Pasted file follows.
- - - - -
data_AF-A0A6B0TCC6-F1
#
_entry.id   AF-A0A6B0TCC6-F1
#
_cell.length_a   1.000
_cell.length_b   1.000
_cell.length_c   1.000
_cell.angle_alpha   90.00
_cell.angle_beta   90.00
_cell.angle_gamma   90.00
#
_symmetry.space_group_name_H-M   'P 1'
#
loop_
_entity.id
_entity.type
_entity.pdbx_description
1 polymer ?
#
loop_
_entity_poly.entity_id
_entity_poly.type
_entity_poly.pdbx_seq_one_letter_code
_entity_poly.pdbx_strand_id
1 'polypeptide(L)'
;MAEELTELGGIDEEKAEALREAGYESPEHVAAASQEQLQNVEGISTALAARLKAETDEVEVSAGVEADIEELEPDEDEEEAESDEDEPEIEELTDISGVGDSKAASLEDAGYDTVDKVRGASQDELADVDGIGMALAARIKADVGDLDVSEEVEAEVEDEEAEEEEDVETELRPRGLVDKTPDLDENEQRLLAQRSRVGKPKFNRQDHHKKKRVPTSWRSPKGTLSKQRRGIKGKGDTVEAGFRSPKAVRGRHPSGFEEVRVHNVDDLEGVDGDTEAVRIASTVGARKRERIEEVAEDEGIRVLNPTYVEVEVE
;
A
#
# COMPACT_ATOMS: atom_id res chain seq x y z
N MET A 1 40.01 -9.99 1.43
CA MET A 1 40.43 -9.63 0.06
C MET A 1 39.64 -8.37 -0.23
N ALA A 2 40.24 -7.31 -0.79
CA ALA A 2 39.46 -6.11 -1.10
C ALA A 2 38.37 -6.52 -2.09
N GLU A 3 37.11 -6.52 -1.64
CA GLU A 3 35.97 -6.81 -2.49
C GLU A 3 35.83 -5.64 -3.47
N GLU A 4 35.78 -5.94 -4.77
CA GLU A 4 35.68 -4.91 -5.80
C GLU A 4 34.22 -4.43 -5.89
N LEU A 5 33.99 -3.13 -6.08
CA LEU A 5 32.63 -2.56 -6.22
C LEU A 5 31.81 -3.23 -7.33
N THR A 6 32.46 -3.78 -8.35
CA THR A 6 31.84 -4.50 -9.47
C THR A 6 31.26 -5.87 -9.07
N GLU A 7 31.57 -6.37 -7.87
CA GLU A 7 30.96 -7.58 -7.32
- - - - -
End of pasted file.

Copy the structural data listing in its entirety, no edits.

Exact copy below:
data_AF-A0A6B0TCC6-F1
#
_entry.id   AF-A0A6B0TCC6-F1
#
_cell.length_a   1.000
_cell.length_b   1.000
_cell.length_c   1.000
_cell.angle_alpha   90.00
_cell.angle_beta   90.00
_cell.angle_gamma   90.00
#
_symmetry.space_group_name_H-M   'P 1'
#
loop_
_entity.id
_entity.type
_entity.pdbx_description
1 polymer ?
#
loop_
_entity_poly.entity_id
_entity_poly.type
_entity_poly.pdbx_seq_one_letter_code
_entity_poly.pdbx_strand_id
1 'polypeptide(L)'
;MAEELTELGGIDEEKAEALREAGYESPEHVAAASQEQLQNVEGISTALAARLKAETDEVEVSAGVEADIEELEPDEDEEEAESDEDEPEIEELTDISGVGDSKAASLEDAGYDTVDKVRGASQDELADVDGIGMALAARIKADVGDLDVSEEVEAEVEDEEAEEEEDVETELRPRGLVDKTPDLDENEQRLLAQRSRVGKPKFNRQDHHKKKRVPTSWRSPKGTLSKQRRGIKGKGDTVEAGFRSPKAVRGRHPSGFEEVRVHNVDDLEGVDGDTEAVRIASTVGARKRERIEEVAEDEGIRVLNPTYVEVEVE
;
A
#
# COMPACT_ATOMS: atom_id res chain seq x y z
N MET A 1 40.01 -9.99 1.43
CA MET A 1 40.43 -9.63 0.06
C MET A 1 39.64 -8.37 -0.23
N ALA A 2 40.24 -7.31 -0.79
CA ALA A 2 39.46 -6.11 -1.10
C ALA A 2 38.37 -6.52 -2.09
N GLU A 3 37.11 -6.52 -1.64
CA GLU A 3 35.97 -6.81 -2.49
C GLU A 3 35.83 -5.64 -3.47
N GLU A 4 35.78 -5.94 -4.77
CA GLU A 4 35.68 -4.91 -5.80
C GLU A 4 34.22 -4.43 -5.89
N LEU A 5 33.99 -3.13 -6.08
CA LEU A 5 32.63 -2.56 -6.22
C LEU A 5 31.81 -3.23 -7.33
N THR A 6 32.46 -3.78 -8.35
CA THR A 6 31.84 -4.50 -9.47
C THR A 6 31.26 -5.87 -9.07
N GLU A 7 31.57 -6.37 -7.87
CA GLU A 7 30.96 -7.58 -7.32